It is easy to see parallels in today’s world. I believe that our woes began on the day that terrorists brought down two buildings in New York City. I don’t think that we ever sufficiently recovered from that catastrophic event. We bravely carried on but we didn’t really take the time to counsel ourselves as a nation. We sought random answers to the problem some of which didn’t entirely make sense. We watched New Orleans being destroyed by the vagaries of nature and the mistakes of engineers. Our boom time economy went into a nosedive when the false schemes that had been shoring it up collapsed. We engaged in a misguided war in the Middle East that appears to be never ending. We have sacrificed the treasure of our youth. People have lost jobs. Our once robust economy seems to only limp along. People from all walks of life are afraid and angry. The atmosphere provides fertile ground for revolt and it is happening from all sides of the political spectrum and geographical area. The sickness of our country that festered under the surface is now fully exposed and many people don’t want to take it anymore.
Enter Donald Trump. He has attracted a particular element of the population. In general they tend to be people whose lives were somehow upended during the last decade and a half. Perhaps they lost the good jobs that had provided them with security that no longer exists. They may have been concerned that their religious liberties were being threatened. They have witnessed the world rapidly changing in ways that fly in the face of their own beliefs. They are worried and in Donald Trump they have found someone who is unafraid to voice the concerns that they have. They like his style and don’t worry that he has little substance. They are true followers who are willing even to pledge their loyalty to Trump in the hopes that he will return the world to the way it felt when the Twin Towers still stood and our country provided them with safety and security.
The trouble is that Donald Trump has encouraged the darker side of his followers’ anger. He has used incendiary language to describe Hispanics, Muslims, women, journalists, his opponents and even the Pope. He fully understands the power of negativity. It forges an almost unbreakable bond between him and those who are so taken with him. He is outrageous in his criticism and handling of anyone who disagrees. Over and over again he has suggested that his detractors must be ejected from his rallies. He has his handlers escort a Univision journalist from the room. He refuses to be in a debate if a woman from Fox News is a moderator. He does not apologize when his campaign manager manhandles a representative of Breitbart News. He shuts down protesters and suggests that his followers do the same. His loutish behavior disregards the First Amendment rights of those who disagree with him again and again. He does not want to hear them or even have them in the same room. It was only a matter of time before his rallies would become more violent and I worry that his denial of his own culpability in creating this situation will only lead to ever more danger. As long as he views himself as a victim while insisting that his supporters fight back the possibility of trouble exists.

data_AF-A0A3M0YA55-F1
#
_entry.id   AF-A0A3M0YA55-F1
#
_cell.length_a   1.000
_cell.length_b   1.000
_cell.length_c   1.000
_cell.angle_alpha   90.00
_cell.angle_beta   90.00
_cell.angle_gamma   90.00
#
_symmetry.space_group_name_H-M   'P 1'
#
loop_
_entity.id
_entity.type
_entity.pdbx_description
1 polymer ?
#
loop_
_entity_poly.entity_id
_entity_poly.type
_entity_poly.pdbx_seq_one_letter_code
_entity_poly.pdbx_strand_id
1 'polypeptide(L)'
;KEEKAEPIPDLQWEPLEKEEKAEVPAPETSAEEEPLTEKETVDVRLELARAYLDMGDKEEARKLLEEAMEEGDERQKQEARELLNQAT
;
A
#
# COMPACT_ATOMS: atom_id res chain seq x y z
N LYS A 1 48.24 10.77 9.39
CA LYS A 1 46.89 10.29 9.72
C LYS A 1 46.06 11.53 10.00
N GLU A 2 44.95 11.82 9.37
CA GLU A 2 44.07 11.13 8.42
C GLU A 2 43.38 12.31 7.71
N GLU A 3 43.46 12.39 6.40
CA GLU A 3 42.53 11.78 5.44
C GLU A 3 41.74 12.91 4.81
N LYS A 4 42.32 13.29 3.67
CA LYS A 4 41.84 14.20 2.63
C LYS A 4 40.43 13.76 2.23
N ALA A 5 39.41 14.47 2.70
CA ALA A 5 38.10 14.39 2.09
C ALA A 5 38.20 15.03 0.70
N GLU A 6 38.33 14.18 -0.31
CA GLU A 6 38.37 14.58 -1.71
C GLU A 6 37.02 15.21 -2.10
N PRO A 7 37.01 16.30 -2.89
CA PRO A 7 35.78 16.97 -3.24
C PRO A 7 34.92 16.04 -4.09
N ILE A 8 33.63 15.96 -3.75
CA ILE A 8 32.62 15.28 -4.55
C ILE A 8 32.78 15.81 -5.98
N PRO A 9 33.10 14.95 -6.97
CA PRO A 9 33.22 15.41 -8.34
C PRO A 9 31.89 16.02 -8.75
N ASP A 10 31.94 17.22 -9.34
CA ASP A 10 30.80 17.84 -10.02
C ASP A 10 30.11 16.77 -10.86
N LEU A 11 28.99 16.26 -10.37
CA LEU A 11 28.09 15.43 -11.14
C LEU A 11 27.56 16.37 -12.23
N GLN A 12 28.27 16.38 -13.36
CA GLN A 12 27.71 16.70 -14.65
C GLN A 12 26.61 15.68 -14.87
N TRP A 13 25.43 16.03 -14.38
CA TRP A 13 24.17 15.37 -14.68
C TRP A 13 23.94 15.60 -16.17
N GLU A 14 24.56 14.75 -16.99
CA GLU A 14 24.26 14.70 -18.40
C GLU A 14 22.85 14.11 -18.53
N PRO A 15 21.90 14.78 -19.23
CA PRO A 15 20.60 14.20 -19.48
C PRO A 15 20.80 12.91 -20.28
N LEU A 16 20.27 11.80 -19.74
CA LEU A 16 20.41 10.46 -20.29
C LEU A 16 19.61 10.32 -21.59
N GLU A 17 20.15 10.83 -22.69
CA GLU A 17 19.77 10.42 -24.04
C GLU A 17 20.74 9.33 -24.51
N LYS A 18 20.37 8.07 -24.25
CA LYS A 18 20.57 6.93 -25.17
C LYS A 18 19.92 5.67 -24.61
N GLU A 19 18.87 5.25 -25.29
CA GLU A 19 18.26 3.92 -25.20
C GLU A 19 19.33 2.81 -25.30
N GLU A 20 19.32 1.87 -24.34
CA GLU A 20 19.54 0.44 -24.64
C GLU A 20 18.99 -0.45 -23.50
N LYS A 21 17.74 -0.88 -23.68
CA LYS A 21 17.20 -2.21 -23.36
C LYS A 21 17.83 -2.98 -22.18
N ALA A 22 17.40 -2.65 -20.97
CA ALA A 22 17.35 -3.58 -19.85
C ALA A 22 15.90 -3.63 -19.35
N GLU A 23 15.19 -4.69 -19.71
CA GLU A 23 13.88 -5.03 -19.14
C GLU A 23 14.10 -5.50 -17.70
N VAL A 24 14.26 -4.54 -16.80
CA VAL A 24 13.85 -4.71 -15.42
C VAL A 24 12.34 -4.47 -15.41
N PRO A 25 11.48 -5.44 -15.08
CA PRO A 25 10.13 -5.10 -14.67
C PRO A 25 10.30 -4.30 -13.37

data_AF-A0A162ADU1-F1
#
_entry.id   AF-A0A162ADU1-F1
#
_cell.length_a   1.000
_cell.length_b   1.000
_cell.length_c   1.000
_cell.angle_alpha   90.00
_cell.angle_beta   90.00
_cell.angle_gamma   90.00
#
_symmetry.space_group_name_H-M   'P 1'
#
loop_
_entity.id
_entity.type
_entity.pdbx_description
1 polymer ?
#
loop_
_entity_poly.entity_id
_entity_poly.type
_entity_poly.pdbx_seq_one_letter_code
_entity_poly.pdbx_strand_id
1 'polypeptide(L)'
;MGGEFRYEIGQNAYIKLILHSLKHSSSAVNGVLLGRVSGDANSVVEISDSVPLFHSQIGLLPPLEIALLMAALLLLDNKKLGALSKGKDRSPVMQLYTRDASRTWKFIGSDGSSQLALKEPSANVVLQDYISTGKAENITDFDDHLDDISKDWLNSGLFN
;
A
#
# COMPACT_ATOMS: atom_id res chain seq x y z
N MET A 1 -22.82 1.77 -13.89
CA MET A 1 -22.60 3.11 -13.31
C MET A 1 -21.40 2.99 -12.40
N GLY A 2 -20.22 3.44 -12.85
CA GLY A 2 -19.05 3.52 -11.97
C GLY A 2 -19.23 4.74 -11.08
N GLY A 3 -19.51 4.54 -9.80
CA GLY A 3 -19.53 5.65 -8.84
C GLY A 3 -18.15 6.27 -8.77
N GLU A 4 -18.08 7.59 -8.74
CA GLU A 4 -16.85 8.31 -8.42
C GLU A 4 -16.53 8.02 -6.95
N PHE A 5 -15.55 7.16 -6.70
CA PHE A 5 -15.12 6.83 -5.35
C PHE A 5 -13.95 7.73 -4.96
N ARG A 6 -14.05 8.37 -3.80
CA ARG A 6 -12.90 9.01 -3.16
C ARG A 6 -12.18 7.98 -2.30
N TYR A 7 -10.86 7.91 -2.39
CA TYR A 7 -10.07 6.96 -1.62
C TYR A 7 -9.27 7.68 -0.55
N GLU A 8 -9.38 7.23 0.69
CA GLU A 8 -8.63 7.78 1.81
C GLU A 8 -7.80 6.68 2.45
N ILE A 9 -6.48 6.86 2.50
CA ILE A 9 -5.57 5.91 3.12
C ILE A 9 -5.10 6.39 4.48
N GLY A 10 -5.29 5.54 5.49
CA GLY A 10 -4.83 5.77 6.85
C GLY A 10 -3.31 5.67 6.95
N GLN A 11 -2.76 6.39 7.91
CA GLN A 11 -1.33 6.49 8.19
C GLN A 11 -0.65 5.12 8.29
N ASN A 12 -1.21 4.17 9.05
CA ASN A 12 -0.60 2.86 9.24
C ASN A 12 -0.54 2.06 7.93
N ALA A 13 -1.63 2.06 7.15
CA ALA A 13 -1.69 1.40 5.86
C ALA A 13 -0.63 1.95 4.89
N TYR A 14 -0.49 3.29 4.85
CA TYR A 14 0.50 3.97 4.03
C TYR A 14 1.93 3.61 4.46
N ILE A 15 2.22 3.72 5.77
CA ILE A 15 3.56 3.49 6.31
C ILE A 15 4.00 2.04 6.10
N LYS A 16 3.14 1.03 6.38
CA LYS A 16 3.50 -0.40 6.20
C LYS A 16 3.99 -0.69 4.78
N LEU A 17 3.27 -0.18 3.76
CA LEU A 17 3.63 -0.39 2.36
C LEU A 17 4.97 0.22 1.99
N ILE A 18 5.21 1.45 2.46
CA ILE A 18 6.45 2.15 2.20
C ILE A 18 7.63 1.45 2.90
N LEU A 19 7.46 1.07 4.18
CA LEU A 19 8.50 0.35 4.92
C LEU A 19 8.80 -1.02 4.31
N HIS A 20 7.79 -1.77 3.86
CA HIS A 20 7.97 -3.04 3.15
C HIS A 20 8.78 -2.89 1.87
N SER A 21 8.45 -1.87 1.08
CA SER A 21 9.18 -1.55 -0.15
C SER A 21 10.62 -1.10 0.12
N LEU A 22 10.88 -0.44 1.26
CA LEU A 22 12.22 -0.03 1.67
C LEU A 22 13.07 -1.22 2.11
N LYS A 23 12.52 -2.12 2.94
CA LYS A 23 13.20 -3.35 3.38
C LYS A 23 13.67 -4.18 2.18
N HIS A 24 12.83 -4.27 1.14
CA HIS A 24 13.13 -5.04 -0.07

I would love to believe that we will somehow find our way out of the darkness that is descending on our beloved nation. I understand the sorrows and frustrations that are so very real for so many of our brothers and sisters. We really do need to set our partisan ways aside and learn how to heal. I so dislike seeing us fighting with one another. Surely there is a leader out there who will finally understand that this is a time not for pushing agendas but for bridging differences. As we approach Holy Week in the Christian calendar I can only hope that we will remember that it was suspicion and lust for power that resulted in the violent execution of Jesus Christ. The real message of his brief time here on this earth should remind us that love, not hate, is the answer to the problems that we all must face.